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Authentication with Nodejs and mongoDB - Part 3

ebereplenty profile image NJOKU SAMSON EBERE Updated on ・4 min read

This is the third part of this authentication series with nodejs and mongoDB. If you have not checked out the previous parts, please check out part 1 and part 2.

In this part of the tutorial, we will be covering the login with jasonwebtoken (JWT). By the end, we will have seen how to crosscheck users and match the hashed password to the plain text password.

Without wasting anytime, let's jump into it.

Starter Project

If you are not coming from the previous tutorial, then you can get the starter project from here

Login Endpoint

  • Install JWT

npm i jsonwebtoken -s

  • Import JWT just below the const bcrypt = require("bcrypt"); line at the top of the app.js file like so:

const jwt = require("jsonwebtoken");

  • Just below the register endpoint, enter the following function:

app.post("/login", (request, response) => {

})

  • Let's check if the email the user enter on login exists with the following line of code:

  User.findOne({ email: request.body.email })

Next, we will use a then...catch... block to check if the email search above was successful or not

  • If it is unsuccessful, we will capture that in the catch block like so:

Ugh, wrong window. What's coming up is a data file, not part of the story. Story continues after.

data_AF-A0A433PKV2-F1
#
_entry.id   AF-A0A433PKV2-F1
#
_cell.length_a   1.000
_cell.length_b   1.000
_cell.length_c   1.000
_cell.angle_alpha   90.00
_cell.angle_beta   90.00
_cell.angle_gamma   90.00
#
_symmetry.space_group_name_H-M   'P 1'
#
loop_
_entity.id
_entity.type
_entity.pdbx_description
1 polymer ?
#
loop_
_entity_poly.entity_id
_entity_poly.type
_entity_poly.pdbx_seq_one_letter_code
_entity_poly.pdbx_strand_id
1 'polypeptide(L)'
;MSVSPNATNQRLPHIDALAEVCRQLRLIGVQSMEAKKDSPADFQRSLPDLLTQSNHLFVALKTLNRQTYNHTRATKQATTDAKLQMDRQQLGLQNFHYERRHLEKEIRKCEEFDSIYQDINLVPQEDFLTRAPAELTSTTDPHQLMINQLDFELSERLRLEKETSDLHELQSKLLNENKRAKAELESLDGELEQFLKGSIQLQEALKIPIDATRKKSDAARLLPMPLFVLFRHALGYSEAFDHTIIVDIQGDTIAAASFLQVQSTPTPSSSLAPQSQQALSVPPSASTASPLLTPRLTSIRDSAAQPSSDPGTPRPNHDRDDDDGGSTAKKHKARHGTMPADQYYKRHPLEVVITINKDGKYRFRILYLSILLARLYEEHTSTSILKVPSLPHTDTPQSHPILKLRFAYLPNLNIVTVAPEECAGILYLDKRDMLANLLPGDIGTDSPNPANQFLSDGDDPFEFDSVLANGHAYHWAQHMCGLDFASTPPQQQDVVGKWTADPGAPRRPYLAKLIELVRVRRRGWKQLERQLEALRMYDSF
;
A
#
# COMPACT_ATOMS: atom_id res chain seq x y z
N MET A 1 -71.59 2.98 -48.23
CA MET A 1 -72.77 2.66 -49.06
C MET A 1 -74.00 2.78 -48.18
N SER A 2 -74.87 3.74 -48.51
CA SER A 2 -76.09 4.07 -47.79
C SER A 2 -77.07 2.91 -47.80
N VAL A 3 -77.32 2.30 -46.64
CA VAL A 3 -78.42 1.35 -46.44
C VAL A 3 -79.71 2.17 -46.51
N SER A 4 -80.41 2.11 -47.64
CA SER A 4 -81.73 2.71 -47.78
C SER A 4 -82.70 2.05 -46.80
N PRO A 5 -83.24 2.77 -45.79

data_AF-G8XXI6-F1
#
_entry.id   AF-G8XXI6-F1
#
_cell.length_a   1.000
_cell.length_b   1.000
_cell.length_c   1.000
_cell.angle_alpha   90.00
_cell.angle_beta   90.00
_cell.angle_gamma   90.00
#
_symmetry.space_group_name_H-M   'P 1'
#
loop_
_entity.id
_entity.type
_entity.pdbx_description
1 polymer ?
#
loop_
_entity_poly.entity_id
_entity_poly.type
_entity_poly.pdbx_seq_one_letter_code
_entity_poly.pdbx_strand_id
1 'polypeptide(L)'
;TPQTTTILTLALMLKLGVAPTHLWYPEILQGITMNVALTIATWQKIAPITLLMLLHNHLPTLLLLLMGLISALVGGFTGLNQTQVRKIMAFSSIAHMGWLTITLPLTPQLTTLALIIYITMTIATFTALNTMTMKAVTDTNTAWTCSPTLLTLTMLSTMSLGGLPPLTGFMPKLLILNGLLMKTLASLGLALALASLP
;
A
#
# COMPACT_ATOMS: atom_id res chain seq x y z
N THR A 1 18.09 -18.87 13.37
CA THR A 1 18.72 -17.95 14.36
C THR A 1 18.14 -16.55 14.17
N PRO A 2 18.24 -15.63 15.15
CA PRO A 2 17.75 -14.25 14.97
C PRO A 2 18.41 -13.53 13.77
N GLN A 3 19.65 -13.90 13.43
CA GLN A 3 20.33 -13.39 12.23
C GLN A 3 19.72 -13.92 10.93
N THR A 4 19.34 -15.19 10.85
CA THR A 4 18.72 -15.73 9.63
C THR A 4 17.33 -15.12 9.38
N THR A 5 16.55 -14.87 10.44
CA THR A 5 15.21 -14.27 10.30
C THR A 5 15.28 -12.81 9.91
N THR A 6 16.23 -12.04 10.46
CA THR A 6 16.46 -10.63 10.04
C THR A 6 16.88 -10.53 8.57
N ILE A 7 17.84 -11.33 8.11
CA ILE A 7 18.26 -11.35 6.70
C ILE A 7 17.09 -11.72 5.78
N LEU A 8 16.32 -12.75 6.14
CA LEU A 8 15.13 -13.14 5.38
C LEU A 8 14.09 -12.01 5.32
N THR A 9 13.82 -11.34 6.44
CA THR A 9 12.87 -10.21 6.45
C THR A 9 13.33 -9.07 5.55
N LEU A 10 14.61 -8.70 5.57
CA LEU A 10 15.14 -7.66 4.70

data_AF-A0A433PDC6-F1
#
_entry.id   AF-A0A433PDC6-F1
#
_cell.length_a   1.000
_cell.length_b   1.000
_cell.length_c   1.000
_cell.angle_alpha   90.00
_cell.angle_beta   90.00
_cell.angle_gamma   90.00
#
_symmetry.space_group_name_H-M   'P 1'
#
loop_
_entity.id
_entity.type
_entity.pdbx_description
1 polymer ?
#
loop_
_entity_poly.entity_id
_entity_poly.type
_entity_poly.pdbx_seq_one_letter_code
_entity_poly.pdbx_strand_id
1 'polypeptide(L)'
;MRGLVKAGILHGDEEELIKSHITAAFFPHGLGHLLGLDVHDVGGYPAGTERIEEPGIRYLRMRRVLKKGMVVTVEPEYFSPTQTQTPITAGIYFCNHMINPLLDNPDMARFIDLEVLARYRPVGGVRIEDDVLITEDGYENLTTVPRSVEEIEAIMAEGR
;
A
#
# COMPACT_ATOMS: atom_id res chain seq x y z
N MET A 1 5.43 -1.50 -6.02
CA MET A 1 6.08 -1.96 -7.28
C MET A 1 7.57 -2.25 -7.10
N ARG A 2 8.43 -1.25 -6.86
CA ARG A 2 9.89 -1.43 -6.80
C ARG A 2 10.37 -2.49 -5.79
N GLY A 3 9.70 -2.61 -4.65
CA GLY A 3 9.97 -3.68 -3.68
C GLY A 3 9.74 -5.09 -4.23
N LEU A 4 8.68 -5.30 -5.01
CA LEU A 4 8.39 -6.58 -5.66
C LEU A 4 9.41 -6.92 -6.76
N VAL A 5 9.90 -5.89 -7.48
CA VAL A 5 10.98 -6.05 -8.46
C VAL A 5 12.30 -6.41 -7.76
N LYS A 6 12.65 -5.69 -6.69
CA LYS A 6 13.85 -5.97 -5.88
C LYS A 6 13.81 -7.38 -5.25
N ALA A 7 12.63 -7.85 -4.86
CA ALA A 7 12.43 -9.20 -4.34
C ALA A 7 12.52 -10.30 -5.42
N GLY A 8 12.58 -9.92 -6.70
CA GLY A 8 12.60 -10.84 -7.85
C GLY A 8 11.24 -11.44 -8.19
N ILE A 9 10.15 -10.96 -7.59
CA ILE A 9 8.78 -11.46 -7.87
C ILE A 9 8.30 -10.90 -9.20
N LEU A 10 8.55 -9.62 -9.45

User.findOne({ email: request.body.email })
    .then()
    .catch((e) => {
      response.status(404).send({
        message: "Email not found",
        e,
      });
    });

  • If successful, we will compare the password entered against the hashed password in our database. We are doing this in the then... block like so:

   .then((user)=>{
      bcrypt.compare(request.body.password, user.password)
   })

We will then use a then...catch... block again to check if the comparison is successful or not

  • If the comparison is unsuccessful, we will return an error message in the catch block like so:

    .then((user)=>{
      bcrypt.compare(request.body.password, user.password)
      .then()
      .catch((error) => {
        response.status(400).send({
          message: "Passwords does not match",
          error,
        });
      })
    })

  • Let's double check if the password is correct in the then block

      .then((passwordCheck) => {

          // check if password matches
          if(!passwordCheck) {
            return response.status(400).send({
              message: "Passwords does not match",
              error,
            });
          }
        })

  • If the password matches, then create a random token with the jwt.sign() function. It takes 3 parameters i.e. jwt.sign(payload, secretOrPrivateKey, [options, callback]). You can read more here

bcrypt.compare(request.body.password, user.password)
      .then((passwordCheck) => {

          // check if password matches
          if(!passwordCheck) {
            return response.status(400).send({
              message: "Passwords does not match",
              error,
            });
          }

        //   create JWT token
        const token = jwt.sign(
          {
            userId: user._id,
            userEmail: user.email,
          },
          "RANDOM-TOKEN",
          { expiresIn: "24h" }
        );
      })

  • Finally, return a success message with the token created

.then((user)=>{
      bcrypt.compare(request.body.password, user.password)